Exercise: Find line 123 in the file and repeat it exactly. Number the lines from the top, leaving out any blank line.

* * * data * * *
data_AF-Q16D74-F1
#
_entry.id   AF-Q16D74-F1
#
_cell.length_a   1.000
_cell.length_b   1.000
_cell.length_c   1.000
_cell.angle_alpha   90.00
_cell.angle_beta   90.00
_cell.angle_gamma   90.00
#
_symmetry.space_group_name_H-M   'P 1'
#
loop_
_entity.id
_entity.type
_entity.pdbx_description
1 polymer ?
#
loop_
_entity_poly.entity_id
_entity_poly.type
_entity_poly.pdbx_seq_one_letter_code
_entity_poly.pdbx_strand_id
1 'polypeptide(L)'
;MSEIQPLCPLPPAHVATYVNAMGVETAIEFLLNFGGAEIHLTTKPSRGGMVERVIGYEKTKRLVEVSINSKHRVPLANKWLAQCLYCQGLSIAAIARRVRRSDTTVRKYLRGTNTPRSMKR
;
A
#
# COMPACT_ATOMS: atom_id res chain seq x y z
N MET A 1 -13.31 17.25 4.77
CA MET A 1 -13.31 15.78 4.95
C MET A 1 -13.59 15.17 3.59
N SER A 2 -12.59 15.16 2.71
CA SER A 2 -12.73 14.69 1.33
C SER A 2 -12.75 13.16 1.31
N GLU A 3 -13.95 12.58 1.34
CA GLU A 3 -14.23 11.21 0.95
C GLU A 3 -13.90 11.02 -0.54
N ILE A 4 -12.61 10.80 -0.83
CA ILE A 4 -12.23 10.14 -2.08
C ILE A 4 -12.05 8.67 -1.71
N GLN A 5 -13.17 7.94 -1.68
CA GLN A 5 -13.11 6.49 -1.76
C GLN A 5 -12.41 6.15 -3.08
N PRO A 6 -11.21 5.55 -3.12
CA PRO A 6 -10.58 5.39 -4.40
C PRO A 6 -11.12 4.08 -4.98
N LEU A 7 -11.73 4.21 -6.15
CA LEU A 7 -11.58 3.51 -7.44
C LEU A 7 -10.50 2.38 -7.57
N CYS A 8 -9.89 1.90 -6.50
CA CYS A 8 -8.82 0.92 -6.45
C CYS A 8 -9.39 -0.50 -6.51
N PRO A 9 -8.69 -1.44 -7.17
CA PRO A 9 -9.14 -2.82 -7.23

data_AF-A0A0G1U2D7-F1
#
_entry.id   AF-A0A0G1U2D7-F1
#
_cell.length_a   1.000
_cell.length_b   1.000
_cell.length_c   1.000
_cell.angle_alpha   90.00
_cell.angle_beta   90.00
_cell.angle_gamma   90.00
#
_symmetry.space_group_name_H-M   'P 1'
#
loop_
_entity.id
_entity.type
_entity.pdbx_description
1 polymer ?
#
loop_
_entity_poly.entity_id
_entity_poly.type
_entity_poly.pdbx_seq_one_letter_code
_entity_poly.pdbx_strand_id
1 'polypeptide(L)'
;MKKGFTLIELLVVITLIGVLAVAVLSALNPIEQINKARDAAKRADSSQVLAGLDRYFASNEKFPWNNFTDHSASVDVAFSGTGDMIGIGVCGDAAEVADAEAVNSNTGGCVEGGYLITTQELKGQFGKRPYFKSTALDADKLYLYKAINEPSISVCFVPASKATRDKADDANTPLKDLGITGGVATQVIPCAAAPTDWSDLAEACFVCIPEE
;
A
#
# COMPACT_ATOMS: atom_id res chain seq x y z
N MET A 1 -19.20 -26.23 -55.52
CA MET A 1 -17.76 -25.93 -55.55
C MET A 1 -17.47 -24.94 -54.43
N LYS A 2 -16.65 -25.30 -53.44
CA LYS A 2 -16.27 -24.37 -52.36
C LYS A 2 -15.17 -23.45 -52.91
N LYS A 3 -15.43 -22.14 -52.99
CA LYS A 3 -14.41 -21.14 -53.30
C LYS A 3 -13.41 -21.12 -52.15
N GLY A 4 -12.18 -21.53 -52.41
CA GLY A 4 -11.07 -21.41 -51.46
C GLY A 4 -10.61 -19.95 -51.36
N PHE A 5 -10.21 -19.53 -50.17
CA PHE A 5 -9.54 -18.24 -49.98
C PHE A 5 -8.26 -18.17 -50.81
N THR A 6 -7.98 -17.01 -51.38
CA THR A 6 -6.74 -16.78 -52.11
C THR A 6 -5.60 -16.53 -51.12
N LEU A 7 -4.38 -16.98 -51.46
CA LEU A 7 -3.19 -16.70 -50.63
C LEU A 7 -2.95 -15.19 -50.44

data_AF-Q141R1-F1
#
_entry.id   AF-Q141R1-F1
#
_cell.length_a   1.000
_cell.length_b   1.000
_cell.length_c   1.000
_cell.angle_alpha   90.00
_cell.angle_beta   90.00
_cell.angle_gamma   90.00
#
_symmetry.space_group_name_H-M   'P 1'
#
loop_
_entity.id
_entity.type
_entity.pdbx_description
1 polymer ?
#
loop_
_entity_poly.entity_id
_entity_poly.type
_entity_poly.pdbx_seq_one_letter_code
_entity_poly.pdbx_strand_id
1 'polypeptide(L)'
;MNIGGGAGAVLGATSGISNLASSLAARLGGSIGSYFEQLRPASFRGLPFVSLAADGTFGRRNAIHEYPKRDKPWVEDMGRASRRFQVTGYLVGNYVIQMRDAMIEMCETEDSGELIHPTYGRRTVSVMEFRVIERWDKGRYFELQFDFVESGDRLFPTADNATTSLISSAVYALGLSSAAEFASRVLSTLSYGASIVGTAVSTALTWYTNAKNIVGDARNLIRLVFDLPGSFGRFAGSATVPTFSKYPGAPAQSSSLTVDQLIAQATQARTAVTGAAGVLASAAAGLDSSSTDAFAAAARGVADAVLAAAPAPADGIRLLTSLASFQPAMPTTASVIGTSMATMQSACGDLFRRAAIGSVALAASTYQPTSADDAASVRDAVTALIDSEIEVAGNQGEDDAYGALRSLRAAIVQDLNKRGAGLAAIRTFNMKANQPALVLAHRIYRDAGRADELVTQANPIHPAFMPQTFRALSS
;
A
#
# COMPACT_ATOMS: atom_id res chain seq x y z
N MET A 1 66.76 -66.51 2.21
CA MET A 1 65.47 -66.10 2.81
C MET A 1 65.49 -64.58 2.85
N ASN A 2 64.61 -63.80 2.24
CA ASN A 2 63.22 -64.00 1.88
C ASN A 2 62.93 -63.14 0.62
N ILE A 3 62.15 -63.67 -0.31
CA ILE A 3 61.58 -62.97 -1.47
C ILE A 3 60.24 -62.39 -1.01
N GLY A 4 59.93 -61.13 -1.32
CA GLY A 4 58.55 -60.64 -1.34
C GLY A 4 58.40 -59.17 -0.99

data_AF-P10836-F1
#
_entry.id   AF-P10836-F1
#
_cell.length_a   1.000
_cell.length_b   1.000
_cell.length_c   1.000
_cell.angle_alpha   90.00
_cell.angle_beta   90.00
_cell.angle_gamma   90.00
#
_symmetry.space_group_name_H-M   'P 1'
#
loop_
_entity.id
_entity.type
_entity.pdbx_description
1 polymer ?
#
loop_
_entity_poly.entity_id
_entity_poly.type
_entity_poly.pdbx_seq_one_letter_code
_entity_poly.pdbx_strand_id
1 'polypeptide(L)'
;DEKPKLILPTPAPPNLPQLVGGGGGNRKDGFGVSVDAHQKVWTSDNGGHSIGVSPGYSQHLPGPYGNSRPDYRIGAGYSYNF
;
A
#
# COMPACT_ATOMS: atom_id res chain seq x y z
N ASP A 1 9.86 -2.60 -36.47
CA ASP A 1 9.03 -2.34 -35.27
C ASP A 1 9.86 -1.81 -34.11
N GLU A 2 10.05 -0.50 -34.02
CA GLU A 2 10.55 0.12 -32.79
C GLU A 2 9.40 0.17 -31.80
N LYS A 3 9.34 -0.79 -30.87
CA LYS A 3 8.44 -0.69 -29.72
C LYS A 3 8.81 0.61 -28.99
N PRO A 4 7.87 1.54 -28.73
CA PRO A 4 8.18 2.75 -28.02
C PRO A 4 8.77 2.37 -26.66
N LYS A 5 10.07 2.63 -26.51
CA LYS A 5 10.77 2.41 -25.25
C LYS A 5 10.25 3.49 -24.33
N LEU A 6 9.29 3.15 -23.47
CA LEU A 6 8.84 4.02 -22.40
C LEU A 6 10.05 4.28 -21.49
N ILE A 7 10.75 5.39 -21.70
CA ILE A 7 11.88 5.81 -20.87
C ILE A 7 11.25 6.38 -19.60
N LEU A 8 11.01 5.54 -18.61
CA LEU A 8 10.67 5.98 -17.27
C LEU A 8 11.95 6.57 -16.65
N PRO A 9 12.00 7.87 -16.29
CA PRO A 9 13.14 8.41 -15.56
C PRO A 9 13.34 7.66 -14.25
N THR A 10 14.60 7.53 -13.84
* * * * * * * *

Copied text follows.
_entity.type